“Suppose that society is a lie, and the period is a moment of truth which will not sustain lies.” ~The Wise Wound by Penelope Shuttle & Peter Redgrove
This is a topic that I approach in some way with all the women I work with who are menstruating. It’s especially vital for those wanting to conceive or those having menstrual challenges. Also, this is information that I desperately wish I had as a teen girl, so if you know a teen please share this with her!
I think we can agree that there seems to be an ever-growing awareness around how our diet, lifestyle and environment affect our health. This is particularly important for women’s hormonal health. More and more research is coming forward about the infamous “endocrine disruptors” that are being found in food, cosmetics, drinking water, cookware and yes pads and tampons are included in that list!
The vaginal mucosa and the tissue of the vulva are very absorbent and have a rich blood supply, plus close proximity to reproductive organs that respond rapidly to hormonal input. So, it’s vital to know what you’re putting in, on or near this tissue is non-toxic. That goes for underwear, clothing, condoms, lubricant, sex toys, tampons, pads, douche products, menstrual cups, sponges and the like.
Today I’m just going to cover the products I like and recommend for menstrual health. Also, while yes this is important for your personal hormonal health, it is also for the health of the earth. Usually what’s not good for the female body is also not good for the earth’s rivers, lakes, oceans and soil.
Women’s bodies are a reflection of the earth in this way, which is why we see so much turmoil happening in both these days. That’s a topic for another day, yet I want that to be clear for everyone making these choices.
So, here are the non-toxic products I’ve used myself (or would use myself if I haven’t already):
Natracare: This company makes tampons, pads, liners and more that are made of organic cotton, chlorine free of course.
Side note on tampon use: From a Chinese Medicine perspective, tampons are generally not recommended because they impede the flow of blood. This could lead to clots and / or cramping and pain. I highly recommend only using them when absolutely necessary. If you have menstrual cramping try to switch to something else for 3 months and see if you notice a difference.
I know, many women will say “but pads are so gross.” This is interesting and opens up a whole dialogue around how we’ve been conditioned as women to think that our periods are messy and need to be cleaned up. Being a human is not always a clean and tidy experience and bleeding is a very normal function of the female body. I’ll leave it at that for now.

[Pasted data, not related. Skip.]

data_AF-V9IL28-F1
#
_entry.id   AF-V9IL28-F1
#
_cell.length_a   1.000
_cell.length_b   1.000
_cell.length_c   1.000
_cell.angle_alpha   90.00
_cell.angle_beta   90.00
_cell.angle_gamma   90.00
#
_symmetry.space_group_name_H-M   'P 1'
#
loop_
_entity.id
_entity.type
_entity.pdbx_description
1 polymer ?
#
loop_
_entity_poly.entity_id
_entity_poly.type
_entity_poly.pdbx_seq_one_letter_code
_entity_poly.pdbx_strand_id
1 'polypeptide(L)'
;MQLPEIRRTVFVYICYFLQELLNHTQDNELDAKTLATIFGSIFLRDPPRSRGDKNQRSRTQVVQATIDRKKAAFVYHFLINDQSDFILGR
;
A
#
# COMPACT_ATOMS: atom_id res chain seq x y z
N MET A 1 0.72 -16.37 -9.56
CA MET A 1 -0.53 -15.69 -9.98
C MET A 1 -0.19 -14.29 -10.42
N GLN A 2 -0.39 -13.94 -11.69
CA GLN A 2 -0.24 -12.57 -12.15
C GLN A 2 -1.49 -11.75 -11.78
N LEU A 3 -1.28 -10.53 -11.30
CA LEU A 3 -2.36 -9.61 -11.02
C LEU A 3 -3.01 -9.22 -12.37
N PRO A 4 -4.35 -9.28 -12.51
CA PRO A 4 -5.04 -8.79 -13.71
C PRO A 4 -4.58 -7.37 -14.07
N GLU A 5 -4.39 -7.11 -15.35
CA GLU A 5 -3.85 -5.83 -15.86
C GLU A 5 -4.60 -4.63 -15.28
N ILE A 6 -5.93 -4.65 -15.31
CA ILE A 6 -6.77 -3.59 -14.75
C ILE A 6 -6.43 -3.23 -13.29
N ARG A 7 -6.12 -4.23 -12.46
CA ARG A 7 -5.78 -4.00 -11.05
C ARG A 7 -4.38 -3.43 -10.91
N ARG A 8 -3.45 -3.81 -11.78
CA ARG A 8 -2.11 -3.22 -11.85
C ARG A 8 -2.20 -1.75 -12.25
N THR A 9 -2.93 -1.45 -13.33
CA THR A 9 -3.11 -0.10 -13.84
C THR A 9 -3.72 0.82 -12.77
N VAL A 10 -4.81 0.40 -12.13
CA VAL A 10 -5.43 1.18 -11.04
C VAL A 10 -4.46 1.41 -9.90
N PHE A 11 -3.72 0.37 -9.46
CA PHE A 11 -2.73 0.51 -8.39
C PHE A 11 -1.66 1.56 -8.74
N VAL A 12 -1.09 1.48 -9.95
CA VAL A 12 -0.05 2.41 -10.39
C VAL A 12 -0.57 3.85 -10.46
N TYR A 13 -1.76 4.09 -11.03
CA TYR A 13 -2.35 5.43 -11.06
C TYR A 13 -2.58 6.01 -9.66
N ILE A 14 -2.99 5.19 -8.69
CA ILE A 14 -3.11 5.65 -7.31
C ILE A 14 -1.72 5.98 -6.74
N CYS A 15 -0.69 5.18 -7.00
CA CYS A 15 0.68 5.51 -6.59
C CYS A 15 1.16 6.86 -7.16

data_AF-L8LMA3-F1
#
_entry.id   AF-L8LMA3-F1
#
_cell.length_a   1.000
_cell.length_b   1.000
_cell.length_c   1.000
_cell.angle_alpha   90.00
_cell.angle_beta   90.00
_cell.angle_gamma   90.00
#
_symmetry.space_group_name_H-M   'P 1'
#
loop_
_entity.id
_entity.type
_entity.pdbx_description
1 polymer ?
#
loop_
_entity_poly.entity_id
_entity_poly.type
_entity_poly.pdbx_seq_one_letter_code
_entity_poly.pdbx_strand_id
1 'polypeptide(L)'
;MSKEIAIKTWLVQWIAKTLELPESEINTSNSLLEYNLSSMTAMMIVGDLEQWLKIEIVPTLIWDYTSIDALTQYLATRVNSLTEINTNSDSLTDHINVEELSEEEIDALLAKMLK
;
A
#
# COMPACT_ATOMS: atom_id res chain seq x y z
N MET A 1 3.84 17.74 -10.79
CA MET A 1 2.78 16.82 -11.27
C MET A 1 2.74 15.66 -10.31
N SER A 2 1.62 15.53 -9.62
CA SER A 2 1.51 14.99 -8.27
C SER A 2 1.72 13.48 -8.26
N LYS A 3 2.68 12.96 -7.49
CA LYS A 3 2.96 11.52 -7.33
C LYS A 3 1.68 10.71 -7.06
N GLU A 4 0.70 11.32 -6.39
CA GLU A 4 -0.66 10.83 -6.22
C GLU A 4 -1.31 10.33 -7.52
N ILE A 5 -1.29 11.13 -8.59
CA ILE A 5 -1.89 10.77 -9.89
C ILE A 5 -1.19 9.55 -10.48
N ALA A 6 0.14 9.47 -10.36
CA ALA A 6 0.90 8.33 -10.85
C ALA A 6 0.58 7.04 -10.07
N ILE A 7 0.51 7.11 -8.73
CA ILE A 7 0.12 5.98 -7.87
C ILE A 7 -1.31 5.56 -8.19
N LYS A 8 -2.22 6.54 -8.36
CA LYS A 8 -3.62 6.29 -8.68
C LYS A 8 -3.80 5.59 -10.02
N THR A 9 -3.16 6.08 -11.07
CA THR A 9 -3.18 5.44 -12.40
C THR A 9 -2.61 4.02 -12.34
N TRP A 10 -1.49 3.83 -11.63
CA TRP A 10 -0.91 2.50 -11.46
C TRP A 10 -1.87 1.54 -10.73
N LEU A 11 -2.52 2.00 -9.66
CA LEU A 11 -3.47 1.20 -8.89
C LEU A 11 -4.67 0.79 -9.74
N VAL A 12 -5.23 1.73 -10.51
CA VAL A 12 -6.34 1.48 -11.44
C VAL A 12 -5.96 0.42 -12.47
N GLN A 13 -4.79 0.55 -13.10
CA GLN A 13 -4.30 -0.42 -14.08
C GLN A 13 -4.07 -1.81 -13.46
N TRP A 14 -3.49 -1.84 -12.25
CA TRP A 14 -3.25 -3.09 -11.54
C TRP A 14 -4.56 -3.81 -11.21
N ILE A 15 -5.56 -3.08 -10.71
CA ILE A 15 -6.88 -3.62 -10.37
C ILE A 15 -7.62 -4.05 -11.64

Seventh Generation: This company is another place for chemical-free tampons, pads and liners.
Other options beyond disposable pads and tampons:
Menstrual Cup: There are many brands out there. I have experience with the Diva Cup and find it easy to use and comfortable. Menstrual cups are re-usable and last at least a few years, with proper cleaning along the way of course. They cut down on waste and make it possible to use menstrual blood for rituals, watering plants or simply giving it back to the earth.
Sea sponges: Like a cup, these are also reusable. They can also be trimmed to the fit you need. I don’t have personal experience using sponges but I know women who do and it’s a good fit for some. You can find some here.
Glad Rags: Glad Rags are in the category of reusable pads. There are also other brands out there for this. They offer pads of all different shapes, sizes and colors. They’re easy to clean and use. The website is a great resource too.
Thinx Period-proof underwear: This is a newer product that women are going crazy for. And it’s for a good reason. They offer reusable underwear with built in protection and it works. I was weary at first but really these underwear are comfortable and really absorbent. They have different styles for light to heavy days and can be used on their own or as backup. Click here for $10 towards your first order.
Lastly, I want to mention the concept of not using anything or free bleeding. While this might seem extreme to some or “gross” to many, I think it can be a very powerful experience and quickly shift your relationship to your body and your period. One way to do this is in the comfort of your own home using this fascinator throw, which is easily washed and stain resistant.
I hope you find something on that list that will work for you! There may be some trial and error at first if you’re switching to new products but it’s a vital step to decreasing exposure to endocrine disruptors and taking back your menstrual health.
Let me know if you have any questions in the comments below!